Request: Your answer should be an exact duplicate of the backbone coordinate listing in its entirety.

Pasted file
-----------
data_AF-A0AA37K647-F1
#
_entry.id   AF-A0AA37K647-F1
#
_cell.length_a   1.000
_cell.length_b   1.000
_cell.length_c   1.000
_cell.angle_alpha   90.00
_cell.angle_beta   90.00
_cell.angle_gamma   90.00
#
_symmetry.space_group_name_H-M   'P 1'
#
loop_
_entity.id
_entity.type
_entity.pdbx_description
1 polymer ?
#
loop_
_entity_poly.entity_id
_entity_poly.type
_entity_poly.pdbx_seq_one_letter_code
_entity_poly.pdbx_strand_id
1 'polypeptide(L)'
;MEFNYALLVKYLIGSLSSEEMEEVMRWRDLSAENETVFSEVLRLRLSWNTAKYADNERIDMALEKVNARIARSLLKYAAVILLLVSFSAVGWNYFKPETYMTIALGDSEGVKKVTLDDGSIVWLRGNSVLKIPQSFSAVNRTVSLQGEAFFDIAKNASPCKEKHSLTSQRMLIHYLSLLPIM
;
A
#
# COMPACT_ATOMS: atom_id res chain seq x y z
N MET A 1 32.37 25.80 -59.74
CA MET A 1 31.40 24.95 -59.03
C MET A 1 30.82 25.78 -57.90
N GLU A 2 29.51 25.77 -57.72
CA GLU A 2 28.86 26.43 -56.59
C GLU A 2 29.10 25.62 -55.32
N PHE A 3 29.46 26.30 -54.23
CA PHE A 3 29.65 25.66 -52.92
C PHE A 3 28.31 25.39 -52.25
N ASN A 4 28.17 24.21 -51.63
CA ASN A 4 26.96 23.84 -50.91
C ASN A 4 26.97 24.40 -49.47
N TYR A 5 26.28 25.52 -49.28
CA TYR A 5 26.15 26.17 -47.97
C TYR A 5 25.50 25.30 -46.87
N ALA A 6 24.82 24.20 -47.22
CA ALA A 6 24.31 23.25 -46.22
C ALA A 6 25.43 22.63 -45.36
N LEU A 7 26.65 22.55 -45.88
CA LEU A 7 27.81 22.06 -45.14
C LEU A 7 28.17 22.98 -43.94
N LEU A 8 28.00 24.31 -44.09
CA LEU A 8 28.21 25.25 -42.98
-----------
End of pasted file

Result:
data_AF-A0AA37K647-F1
#
_entry.id   AF-A0AA37K647-F1
#
_cell.length_a   1.000
_cell.length_b   1.000
_cell.length_c   1.000
_cell.angle_alpha   90.00
_cell.angle_beta   90.00
_cell.angle_gamma   90.00
#
_symmetry.space_group_name_H-M   'P 1'
#
loop_
_entity.id
_entity.type
_entity.pdbx_description
1 polymer ?
#
loop_
_entity_poly.entity_id
_entity_poly.type
_entity_poly.pdbx_seq_one_letter_code
_entity_poly.pdbx_strand_id
1 'polypeptide(L)'
;MEFNYALLVKYLIGSLSSEEMEEVMRWRDLSAENETVFSEVLRLRLSWNTAKYADNERIDMALEKVNARIARSLLKYAAVILLLVSFSAVGWNYFKPETYMTIALGDSEGVKKVTLDDGSIVWLRGNSVLKIPQSFSAVNRTVSLQGEAFFDIAKNASPCKEKHSLTSQRMLIHYLSLLPIM
;
A
#
# COMPACT_ATOMS: atom_id res chain seq x y z
N MET A 1 32.37 25.80 -59.74
CA MET A 1 31.40 24.95 -59.03
C MET A 1 30.82 25.78 -57.90
N GLU A 2 29.51 25.77 -57.72
CA GLU A 2 28.86 26.43 -56.59
C GLU A 2 29.10 25.62 -55.32
N PHE A 3 29.46 26.30 -54.23
CA PHE A 3 29.65 25.66 -52.92
C PHE A 3 28.31 25.39 -52.25
N ASN A 4 28.17 24.21 -51.63
CA ASN A 4 26.96 23.84 -50.91
C ASN A 4 26.97 24.40 -49.47
N TYR A 5 26.28 25.52 -49.28
CA TYR A 5 26.15 26.17 -47.97
C TYR A 5 25.50 25.30 -46.87
N ALA A 6 24.82 24.20 -47.22
CA ALA A 6 24.31 23.25 -46.22
C ALA A 6 25.43 22.63 -45.36
N LEU A 7 26.65 22.55 -45.88
CA LEU A 7 27.81 22.06 -45.14
C LEU A 7 28.17 22.98 -43.94
N LEU A 8 28.00 24.31 -44.09
CA LEU A 8 28.21 25.25 -42.98